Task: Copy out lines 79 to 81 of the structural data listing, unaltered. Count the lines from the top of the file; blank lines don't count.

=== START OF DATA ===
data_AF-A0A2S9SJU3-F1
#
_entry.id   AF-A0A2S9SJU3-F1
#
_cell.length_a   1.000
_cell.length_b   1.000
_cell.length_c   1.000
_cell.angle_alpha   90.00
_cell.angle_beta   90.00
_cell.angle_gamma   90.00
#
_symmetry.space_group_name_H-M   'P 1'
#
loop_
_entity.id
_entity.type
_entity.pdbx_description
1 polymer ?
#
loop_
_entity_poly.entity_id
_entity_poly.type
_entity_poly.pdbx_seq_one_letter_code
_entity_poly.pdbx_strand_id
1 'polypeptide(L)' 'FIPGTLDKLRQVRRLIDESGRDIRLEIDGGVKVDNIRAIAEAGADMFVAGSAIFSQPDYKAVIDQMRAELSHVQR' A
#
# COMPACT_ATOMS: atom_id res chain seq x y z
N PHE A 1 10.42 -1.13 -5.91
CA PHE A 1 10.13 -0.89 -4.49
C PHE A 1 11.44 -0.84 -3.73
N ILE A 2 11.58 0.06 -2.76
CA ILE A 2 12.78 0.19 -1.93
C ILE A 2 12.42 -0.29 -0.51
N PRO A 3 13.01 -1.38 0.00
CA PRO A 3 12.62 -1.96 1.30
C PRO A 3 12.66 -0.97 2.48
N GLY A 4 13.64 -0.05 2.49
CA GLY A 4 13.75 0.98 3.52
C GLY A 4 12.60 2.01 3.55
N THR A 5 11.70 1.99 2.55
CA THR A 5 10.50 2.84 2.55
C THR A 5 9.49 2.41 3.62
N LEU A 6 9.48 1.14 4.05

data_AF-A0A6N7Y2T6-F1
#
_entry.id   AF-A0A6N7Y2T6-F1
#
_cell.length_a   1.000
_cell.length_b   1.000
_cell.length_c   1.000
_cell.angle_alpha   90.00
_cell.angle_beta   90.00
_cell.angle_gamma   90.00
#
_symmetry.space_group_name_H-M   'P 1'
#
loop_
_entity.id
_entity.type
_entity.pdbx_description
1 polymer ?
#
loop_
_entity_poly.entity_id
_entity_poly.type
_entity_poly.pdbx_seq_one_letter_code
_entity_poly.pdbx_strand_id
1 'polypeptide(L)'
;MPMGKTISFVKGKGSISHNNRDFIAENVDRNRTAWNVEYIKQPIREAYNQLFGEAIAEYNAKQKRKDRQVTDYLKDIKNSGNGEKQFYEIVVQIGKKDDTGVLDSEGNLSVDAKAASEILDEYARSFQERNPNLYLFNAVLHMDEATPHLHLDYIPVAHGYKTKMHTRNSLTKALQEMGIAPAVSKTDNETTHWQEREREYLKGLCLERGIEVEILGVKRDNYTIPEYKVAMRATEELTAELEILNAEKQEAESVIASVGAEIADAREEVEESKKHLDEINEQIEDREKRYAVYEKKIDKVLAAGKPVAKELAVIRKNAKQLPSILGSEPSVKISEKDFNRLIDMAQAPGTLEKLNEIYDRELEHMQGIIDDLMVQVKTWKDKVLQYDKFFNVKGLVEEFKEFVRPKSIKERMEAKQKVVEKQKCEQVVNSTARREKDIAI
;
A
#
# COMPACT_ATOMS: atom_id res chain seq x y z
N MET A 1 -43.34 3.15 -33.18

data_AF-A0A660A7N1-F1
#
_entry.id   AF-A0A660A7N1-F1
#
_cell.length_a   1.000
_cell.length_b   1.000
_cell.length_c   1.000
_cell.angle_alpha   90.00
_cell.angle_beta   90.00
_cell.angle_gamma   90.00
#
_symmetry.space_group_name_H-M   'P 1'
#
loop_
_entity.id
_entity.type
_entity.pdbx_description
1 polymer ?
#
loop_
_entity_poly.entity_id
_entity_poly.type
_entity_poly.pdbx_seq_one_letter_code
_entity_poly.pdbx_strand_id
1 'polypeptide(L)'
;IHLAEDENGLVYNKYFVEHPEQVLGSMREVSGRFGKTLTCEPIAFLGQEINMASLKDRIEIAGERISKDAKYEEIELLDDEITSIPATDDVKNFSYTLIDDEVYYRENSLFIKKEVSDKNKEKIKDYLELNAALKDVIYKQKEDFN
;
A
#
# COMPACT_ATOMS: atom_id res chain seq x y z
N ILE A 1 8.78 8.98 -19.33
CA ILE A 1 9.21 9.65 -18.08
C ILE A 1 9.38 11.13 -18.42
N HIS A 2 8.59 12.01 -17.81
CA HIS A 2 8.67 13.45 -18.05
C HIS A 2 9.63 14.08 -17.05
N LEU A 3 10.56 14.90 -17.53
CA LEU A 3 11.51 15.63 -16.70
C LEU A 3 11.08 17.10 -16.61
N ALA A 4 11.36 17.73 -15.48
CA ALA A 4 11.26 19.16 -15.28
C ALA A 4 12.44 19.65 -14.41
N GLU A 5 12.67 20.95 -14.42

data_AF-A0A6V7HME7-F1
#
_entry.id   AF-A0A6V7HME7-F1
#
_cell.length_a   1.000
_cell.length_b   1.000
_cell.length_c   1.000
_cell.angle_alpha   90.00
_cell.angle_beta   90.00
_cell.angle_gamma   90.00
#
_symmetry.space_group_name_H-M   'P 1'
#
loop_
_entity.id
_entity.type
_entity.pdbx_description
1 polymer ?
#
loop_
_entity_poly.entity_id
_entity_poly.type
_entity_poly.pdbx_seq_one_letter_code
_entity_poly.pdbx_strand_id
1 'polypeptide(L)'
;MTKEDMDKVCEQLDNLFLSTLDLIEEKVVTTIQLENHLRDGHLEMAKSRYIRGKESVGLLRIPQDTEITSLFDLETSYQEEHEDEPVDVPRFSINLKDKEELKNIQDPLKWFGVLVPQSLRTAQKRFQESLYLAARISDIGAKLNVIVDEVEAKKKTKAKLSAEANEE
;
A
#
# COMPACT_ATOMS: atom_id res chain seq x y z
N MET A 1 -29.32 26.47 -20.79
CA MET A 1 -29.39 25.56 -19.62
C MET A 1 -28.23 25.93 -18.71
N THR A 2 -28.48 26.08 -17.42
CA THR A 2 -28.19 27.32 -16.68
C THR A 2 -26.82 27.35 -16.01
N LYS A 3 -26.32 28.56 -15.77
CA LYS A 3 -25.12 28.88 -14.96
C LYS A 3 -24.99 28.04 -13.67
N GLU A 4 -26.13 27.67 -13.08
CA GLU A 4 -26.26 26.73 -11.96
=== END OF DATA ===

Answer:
_cell.length_a   1.000
_cell.length_b   1.000
_cell.length_c   1.000